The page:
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Mead acid is an omega-9 fatty acid, first characterized by James F. Mead. Mead acid is the only polyunsaturated fatty acid that the body can make de novum. Its elevated presence in the blood is an indication of essential fatty acid deficiency.
Additional recommended knowledge
Chemically, Mead acid is a carboxylic acid with a 20-carbon chain and three methylene-interrupted cis double bonds. The first double bond is located at the ninth carbon from the omega end. In physiological literature, it is given the name 20:3(n-9). In the presence of lipoxygenase, Mead acid can form various hydroxy products (HETE).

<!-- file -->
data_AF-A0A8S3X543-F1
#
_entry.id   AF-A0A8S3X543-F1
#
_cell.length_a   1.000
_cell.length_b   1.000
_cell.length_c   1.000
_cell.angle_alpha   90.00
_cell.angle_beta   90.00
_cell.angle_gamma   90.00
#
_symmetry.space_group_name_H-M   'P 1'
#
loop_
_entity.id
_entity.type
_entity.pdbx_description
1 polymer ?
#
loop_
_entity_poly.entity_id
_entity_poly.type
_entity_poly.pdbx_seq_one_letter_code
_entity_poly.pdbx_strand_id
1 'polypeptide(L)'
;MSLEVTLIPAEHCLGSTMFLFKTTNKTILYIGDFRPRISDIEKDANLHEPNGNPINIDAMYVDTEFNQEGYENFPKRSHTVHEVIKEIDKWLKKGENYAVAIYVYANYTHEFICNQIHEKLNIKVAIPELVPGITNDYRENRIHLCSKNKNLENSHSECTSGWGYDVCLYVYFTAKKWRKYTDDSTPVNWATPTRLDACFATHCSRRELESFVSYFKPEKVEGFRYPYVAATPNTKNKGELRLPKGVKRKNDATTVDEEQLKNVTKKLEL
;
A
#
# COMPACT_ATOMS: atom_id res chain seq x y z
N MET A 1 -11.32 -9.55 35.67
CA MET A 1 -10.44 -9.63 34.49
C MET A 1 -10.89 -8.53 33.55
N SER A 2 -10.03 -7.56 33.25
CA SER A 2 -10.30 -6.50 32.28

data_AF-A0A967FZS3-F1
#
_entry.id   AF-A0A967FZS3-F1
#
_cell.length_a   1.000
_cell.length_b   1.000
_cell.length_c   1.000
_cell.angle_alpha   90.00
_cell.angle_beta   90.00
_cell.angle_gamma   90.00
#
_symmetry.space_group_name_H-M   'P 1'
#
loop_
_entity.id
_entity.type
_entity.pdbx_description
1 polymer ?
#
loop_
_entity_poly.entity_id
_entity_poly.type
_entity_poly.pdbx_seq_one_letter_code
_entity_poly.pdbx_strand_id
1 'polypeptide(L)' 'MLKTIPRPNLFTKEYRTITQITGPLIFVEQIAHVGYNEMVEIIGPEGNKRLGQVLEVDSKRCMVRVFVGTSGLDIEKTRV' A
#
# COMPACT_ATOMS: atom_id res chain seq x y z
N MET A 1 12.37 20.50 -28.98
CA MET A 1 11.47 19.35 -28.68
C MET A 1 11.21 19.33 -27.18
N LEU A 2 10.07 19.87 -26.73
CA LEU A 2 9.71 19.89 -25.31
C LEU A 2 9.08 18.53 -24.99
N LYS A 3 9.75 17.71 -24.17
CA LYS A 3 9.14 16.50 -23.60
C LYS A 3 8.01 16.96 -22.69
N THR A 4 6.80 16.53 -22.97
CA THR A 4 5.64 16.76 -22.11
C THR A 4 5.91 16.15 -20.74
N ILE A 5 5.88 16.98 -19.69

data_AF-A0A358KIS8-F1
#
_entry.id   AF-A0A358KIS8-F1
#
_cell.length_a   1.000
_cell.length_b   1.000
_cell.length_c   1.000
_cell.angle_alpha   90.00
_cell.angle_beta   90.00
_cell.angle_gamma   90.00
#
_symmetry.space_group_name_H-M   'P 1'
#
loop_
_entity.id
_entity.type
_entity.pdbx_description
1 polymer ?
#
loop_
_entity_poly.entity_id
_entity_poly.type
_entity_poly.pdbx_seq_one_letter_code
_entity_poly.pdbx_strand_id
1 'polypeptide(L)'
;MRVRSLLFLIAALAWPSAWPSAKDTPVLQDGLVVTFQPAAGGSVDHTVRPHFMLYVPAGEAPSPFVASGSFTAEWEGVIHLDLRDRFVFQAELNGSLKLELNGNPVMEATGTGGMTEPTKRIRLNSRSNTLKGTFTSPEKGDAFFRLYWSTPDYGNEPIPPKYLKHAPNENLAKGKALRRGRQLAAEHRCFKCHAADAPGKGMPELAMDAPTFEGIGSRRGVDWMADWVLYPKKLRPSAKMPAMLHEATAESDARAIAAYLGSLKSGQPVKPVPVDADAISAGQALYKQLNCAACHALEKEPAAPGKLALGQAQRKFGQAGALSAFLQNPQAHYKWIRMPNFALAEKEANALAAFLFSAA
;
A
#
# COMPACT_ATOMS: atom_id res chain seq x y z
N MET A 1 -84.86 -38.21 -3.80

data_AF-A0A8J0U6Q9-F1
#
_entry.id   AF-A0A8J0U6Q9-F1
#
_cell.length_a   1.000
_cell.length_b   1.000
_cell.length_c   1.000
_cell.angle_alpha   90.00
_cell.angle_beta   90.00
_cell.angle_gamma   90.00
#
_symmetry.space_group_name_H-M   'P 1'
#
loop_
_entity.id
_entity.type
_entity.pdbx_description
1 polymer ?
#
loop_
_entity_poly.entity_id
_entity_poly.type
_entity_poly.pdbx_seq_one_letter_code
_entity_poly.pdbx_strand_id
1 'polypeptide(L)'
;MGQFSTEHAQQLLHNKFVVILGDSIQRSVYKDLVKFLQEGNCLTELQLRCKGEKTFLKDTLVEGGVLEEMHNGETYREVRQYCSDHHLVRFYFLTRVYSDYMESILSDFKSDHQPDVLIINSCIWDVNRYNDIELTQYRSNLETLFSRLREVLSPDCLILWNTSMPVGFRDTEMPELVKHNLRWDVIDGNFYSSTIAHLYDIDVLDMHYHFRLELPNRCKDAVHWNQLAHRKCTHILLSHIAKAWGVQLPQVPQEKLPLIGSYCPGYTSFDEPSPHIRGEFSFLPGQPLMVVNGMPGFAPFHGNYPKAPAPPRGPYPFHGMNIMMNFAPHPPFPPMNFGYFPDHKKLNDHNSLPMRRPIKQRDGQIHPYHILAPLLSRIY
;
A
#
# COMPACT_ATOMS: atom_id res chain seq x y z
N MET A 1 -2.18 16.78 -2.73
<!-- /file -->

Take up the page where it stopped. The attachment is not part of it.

Humans and other mammals require essential fatty acids (EFA). During dietary EFA insufficiency—especially arachidonic acid deficiency—the body will make Mead acid by the elongation and desaturation of oleic acid.   Mead acid thus serves as an indicator of EFA deficiency. One study examined patients with intestinal fat malabsorption and suspected EFA deficiency. They were found to have blood-levels of Mead acid 1263% higher than reference subjects.
|This article is licensed under the GNU Free Documentation License. It uses material from the Wikipedia article "Mead_acid". A list of authors is available in Wikipedia.|